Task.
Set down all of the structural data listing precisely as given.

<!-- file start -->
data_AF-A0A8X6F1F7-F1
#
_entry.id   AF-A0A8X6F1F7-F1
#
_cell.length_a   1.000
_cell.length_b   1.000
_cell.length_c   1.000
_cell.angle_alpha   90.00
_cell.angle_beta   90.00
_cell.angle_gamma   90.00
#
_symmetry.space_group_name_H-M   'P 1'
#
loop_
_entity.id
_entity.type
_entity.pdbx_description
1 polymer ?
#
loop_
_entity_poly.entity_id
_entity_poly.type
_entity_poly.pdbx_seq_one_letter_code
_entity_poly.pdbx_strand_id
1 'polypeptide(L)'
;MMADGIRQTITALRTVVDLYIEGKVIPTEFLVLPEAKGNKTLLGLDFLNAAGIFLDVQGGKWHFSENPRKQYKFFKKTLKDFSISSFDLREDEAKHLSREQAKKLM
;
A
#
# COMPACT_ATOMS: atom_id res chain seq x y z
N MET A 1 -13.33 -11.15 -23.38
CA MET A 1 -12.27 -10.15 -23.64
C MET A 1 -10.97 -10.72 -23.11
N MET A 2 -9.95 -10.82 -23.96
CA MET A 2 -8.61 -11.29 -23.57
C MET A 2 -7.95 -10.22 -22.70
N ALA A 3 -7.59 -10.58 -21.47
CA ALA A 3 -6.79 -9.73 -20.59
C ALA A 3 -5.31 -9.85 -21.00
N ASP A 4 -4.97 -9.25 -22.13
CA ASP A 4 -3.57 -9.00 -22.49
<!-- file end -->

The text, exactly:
data_AF-A0A8X6F1F7-F1
#
_entry.id   AF-A0A8X6F1F7-F1
#
_cell.length_a   1.000
_cell.length_b   1.000
_cell.length_c   1.000
_cell.angle_alpha   90.00
_cell.angle_beta   90.00
_cell.angle_gamma   90.00
#
_symmetry.space_group_name_H-M   'P 1'
#
loop_
_entity.id
_entity.type
_entity.pdbx_description
1 polymer ?
#
loop_
_entity_poly.entity_id
_entity_poly.type
_entity_poly.pdbx_seq_one_letter_code
_entity_poly.pdbx_strand_id
1 'polypeptide(L)'
;MMADGIRQTITALRTVVDLYIEGKVIPTEFLVLPEAKGNKTLLGLDFLNAAGIFLDVQGGKWHFSENPRKQYKFFKKTLKDFSISSFDLREDEAKHLSREQAKKLM
;
A
#
# COMPACT_ATOMS: atom_id res chain seq x y z
N MET A 1 -13.33 -11.15 -23.38
CA MET A 1 -12.27 -10.15 -23.64
C MET A 1 -10.97 -10.72 -23.11
N MET A 2 -9.95 -10.82 -23.96
CA MET A 2 -8.61 -11.29 -23.57
C MET A 2 -7.95 -10.22 -22.70
N ALA A 3 -7.59 -10.58 -21.47
CA ALA A 3 -6.79 -9.73 -20.59
C ALA A 3 -5.31 -9.85 -21.00
N ASP A 4 -4.97 -9.25 -22.13
CA ASP A 4 -3.57 -9.00 -22.49